Brentuximab-vedotin maintenance following chemotherapy without irradiation for primary intracranial embryonal carcinoma in down syndrome.
Abu Arja MH, Conley SE, Salceda V, Al-Sufiani F, Boué DR, Finlay JL
Childs Nerv Syst 34 777-780 04/01/2018
BACKGROUND: Germ cell tumors (GCT) are the most common central nervous system (CNS) tumors in individuals with Down syndrome. Patients with Down syndrome treated with CNS irradiation are at increased risk of developing cerebrovascular complications such as moyamoya disease. Embryonal carcinoma components are recognized to be more resistant to conventional chemotherapy and radiotherapy and confer a very poor prognosis. CD30 is a member of the tumor necrosis factor-receptor superfamily. CD30+ has a limited expression in normal cells but is the defining marker for embryonal carcinoma. Brentuximab-vedotin is a novel antibody-drug conjugate consisting of the chimeric anti-CD30 antibody conjugated to an anti-tubulin synthetic analog monomethyl auristatin E.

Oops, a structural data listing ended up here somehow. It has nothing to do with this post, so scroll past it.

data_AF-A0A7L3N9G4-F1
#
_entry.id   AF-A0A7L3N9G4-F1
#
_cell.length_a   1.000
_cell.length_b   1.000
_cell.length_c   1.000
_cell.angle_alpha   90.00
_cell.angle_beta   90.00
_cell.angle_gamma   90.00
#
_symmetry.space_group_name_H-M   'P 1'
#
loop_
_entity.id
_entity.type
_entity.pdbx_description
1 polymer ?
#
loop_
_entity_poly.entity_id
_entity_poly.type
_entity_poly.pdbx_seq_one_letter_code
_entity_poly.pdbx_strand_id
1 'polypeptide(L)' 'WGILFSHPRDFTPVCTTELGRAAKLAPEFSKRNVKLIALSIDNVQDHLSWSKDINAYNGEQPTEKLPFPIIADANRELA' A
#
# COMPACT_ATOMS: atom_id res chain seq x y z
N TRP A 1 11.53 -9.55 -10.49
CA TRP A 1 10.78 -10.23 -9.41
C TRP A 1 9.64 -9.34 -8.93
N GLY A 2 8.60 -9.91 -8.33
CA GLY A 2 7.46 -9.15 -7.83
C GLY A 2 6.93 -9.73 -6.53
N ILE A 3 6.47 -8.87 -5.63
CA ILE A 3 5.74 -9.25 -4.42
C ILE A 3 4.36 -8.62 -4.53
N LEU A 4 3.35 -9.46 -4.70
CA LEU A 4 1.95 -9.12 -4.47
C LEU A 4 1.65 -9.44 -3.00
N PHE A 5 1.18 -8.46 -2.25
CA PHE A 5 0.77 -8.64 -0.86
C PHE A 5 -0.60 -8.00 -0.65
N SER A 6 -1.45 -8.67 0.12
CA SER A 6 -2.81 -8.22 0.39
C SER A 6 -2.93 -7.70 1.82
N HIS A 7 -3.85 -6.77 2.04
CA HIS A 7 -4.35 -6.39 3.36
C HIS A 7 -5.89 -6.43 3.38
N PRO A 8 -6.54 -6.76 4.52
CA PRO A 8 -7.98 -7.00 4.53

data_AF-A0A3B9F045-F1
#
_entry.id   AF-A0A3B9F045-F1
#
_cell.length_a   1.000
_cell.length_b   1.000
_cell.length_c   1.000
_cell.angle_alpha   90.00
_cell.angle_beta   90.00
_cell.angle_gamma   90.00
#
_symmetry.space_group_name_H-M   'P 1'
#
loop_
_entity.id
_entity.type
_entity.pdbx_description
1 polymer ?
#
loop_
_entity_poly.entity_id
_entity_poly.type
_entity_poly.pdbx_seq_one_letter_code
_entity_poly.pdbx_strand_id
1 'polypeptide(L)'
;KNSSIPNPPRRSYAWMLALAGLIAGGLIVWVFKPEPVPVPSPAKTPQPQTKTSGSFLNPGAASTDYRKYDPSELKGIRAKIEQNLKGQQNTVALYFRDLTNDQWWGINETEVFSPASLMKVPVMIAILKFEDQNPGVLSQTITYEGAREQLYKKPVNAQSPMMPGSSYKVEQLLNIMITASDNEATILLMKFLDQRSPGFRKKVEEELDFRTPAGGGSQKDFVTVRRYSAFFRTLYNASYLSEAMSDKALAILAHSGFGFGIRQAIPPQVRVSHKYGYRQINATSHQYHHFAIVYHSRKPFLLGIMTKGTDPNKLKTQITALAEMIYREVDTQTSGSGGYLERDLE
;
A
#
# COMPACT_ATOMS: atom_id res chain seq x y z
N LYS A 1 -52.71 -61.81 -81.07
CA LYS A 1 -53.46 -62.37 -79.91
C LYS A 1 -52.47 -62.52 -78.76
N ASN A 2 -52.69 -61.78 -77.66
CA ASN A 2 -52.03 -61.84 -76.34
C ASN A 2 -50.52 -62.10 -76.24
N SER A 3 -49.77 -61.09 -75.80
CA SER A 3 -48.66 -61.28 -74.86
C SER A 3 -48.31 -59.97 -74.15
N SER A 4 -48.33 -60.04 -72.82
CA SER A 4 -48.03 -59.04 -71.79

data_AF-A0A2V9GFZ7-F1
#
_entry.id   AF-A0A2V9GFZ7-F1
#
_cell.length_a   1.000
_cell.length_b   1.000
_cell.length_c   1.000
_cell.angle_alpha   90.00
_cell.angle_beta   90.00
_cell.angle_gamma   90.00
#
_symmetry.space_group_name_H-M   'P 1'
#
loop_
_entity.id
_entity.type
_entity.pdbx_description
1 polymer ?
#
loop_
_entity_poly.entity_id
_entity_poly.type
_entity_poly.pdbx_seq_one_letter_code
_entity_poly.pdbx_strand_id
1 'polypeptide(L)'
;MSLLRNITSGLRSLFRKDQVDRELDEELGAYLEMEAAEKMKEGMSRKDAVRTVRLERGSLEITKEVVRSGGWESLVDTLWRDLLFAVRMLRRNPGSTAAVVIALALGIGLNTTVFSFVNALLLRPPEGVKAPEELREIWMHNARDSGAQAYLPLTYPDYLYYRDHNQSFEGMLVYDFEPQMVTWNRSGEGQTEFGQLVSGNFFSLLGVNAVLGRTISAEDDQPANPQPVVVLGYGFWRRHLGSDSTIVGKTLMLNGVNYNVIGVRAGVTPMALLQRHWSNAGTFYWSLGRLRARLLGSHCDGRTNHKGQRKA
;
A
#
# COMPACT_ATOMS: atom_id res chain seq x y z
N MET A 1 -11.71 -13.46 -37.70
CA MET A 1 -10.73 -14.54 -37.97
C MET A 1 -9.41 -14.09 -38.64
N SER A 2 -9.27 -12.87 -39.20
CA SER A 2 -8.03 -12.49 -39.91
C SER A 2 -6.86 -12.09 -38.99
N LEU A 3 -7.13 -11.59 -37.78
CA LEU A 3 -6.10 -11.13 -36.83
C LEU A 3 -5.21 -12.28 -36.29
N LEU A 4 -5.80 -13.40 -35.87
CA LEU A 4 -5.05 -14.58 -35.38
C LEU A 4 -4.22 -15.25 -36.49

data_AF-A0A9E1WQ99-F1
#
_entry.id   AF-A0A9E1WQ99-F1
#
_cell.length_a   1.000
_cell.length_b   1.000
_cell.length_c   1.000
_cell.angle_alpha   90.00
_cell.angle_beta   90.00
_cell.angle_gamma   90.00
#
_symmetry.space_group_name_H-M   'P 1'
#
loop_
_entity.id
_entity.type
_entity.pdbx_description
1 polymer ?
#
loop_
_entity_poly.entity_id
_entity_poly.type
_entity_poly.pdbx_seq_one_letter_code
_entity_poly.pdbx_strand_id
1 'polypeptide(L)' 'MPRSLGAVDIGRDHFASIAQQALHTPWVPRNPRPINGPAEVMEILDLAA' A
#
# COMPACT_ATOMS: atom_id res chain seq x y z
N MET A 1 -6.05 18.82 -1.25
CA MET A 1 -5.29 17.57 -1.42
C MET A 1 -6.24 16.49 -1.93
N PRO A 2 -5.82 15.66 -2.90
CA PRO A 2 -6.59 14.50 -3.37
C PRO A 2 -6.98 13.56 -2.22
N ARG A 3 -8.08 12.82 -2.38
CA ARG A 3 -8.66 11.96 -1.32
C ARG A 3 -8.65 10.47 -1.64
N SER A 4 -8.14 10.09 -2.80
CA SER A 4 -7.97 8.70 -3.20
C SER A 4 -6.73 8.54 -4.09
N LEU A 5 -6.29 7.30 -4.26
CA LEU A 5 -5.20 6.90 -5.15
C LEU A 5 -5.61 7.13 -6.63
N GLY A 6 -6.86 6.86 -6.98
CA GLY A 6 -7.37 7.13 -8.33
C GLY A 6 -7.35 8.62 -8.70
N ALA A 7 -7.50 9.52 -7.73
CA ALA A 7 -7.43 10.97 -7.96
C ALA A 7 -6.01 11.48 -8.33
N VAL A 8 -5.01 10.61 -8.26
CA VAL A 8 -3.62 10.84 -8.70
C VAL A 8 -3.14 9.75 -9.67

METHODS: A retrospective review of the patient's records was conducted in September 2017.
RESULTS: We report upon our management of a teenage girl with Down syndrome and a suprasellar pure embryonal carcinoma utilizing an intensive chemotherapy regimen followed by brentuximab-vedotin without irradiation. The patient received two cycles of carboplatin and etoposide interspersed with one cycle of cyclophosphamide and etoposide for induction followed by three cycles of marrow-ablative thiotepa and carboplatin rescued by autologous hematopoietic stem cell. Finally, She received six cycles of intravenous brentuximab-vedotin. The patient continues without evidence of recurrent tumor by MRI and tumor marker surveillance 24 months since diagnosis, with no adverse sequelae of her treatment.
CONCLUSIONS: Brentuximab-vedotin may provide a selective and safe alternative (or adjunct) to radiotherapy in the management of patients with CD30-positive CNS embryonal carcinoma, especially for those patients at high risk of developing irradiation-related complications.